Education Reform Act

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  • The Education Reform Act (1988)
    • Introduced more vocational courses, OFSTED, the national curriculum, more testing and exams and their should be more competition within schools
    • Features
      • Independence: Make schools including further education more independent and ran like a business
      • Competition: Make schools and colleges compete with one another for students
      • Choice: Give customers a choice of schools, enabling them to choose whatever education suits their needs
    • Standard Raising
      • schools will be forced to raise standards in order to attract the students they want
      • Schools with poorer results are more likely to have local low class students who misbehave and are disadvantaged
    • The Educational Triage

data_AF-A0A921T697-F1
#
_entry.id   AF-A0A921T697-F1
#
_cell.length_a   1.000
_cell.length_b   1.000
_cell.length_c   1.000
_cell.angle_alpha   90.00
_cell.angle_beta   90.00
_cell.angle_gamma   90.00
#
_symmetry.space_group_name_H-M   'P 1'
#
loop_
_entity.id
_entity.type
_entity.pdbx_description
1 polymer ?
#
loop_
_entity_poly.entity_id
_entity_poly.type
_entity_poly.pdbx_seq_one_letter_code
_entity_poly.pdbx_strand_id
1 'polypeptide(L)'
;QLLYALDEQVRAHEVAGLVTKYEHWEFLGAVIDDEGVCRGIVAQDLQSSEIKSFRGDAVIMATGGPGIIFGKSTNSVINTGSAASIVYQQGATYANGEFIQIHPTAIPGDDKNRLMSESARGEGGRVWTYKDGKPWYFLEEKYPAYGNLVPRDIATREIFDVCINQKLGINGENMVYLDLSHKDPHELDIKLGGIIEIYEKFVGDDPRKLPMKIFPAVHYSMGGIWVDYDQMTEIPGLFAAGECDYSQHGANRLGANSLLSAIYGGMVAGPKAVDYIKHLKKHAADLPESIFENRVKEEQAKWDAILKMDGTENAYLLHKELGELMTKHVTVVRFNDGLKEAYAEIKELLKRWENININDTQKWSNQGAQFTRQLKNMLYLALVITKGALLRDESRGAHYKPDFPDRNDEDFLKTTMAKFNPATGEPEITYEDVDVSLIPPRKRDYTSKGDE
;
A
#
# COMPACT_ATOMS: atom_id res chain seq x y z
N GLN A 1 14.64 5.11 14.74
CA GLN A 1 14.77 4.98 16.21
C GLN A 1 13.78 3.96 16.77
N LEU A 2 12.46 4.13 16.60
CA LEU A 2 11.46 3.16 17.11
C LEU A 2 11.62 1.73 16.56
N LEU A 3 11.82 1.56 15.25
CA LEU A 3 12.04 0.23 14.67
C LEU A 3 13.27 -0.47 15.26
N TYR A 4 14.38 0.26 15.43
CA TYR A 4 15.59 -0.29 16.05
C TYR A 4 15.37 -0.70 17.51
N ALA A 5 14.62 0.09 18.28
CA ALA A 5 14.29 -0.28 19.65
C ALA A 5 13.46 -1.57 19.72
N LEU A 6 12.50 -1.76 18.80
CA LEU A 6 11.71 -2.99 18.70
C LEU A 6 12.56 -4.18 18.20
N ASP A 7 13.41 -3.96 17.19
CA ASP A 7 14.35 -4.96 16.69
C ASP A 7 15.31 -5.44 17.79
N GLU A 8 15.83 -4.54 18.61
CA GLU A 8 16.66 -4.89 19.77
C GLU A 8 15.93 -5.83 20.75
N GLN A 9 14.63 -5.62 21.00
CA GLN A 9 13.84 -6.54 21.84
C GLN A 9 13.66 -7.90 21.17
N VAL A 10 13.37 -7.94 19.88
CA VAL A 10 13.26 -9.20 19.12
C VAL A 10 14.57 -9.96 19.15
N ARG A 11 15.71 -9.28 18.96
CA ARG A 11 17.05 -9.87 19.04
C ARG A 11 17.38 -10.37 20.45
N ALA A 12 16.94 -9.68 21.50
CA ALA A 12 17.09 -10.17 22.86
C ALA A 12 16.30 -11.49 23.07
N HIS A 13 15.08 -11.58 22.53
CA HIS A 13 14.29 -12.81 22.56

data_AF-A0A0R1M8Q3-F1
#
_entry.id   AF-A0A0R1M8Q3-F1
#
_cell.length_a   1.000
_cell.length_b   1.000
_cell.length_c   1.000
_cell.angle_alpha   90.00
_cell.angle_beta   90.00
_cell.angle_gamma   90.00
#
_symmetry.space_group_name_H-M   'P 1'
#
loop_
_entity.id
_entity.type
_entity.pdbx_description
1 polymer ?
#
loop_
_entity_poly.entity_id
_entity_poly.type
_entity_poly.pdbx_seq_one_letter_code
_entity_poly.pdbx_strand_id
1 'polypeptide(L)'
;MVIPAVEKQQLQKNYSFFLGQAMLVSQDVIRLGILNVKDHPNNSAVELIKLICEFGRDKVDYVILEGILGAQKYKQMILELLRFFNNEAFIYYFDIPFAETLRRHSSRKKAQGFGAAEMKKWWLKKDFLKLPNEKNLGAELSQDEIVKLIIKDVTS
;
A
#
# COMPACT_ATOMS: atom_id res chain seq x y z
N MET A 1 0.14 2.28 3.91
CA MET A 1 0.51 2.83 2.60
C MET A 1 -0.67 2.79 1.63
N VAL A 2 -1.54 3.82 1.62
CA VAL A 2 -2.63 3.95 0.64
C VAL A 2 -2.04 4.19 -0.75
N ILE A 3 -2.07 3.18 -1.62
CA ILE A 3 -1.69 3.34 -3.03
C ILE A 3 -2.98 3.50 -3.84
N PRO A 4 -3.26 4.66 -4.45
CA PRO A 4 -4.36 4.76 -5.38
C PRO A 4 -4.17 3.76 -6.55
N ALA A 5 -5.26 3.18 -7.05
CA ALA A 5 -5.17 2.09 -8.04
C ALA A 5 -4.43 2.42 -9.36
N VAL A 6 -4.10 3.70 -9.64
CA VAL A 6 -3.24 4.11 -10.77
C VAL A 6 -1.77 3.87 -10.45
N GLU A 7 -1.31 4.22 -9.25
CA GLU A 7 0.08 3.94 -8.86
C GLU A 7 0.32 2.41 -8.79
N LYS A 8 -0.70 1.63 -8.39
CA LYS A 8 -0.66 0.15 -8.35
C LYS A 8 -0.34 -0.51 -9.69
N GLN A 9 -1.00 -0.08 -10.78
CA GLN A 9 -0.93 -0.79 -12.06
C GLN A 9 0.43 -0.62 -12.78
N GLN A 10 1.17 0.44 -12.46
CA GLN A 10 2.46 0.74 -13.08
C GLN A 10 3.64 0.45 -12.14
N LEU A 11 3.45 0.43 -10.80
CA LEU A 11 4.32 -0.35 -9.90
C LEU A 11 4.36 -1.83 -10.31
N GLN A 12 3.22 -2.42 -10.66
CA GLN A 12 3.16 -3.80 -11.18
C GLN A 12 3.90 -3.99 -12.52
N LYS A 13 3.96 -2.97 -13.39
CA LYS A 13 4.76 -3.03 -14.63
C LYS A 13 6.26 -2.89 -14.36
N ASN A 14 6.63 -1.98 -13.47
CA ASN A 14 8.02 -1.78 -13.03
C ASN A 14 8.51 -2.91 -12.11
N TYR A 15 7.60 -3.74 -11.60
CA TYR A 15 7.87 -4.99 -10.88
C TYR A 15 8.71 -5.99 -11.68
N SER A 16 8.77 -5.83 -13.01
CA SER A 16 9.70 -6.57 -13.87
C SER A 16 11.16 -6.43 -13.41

• League tables, according to Gillborn and Youdell (2004), creates an 'A-C Economy'
      • Therefore schools concentrate on helping pupils aiming for A-C's and not showing anyone below that any attention
    • Competition and Selection
      • Schools are under pressure to select more able, middle class pupils to gain a higher ranking
      • Bartlett (1993) argues that marketization leads to popular schools cream skimming and silt-shifting
        • Cream Skimming: Selecting higher ability pupils who gain the best results and cost less
        • Silt-Shifting: Off-loading pupils with learning disabilities who get poor results and cost more
    • Parentocracy
      • Privileged Skill Choosers: middle class - cultural and economic capital - takes advantage
      • Disconnected Local Chooser: working class - interested in safety and quality of schools facilities
      • Semi-Skilled Choosers - mainly working class - ambitious for children - rely on others opinions - likely to appeal


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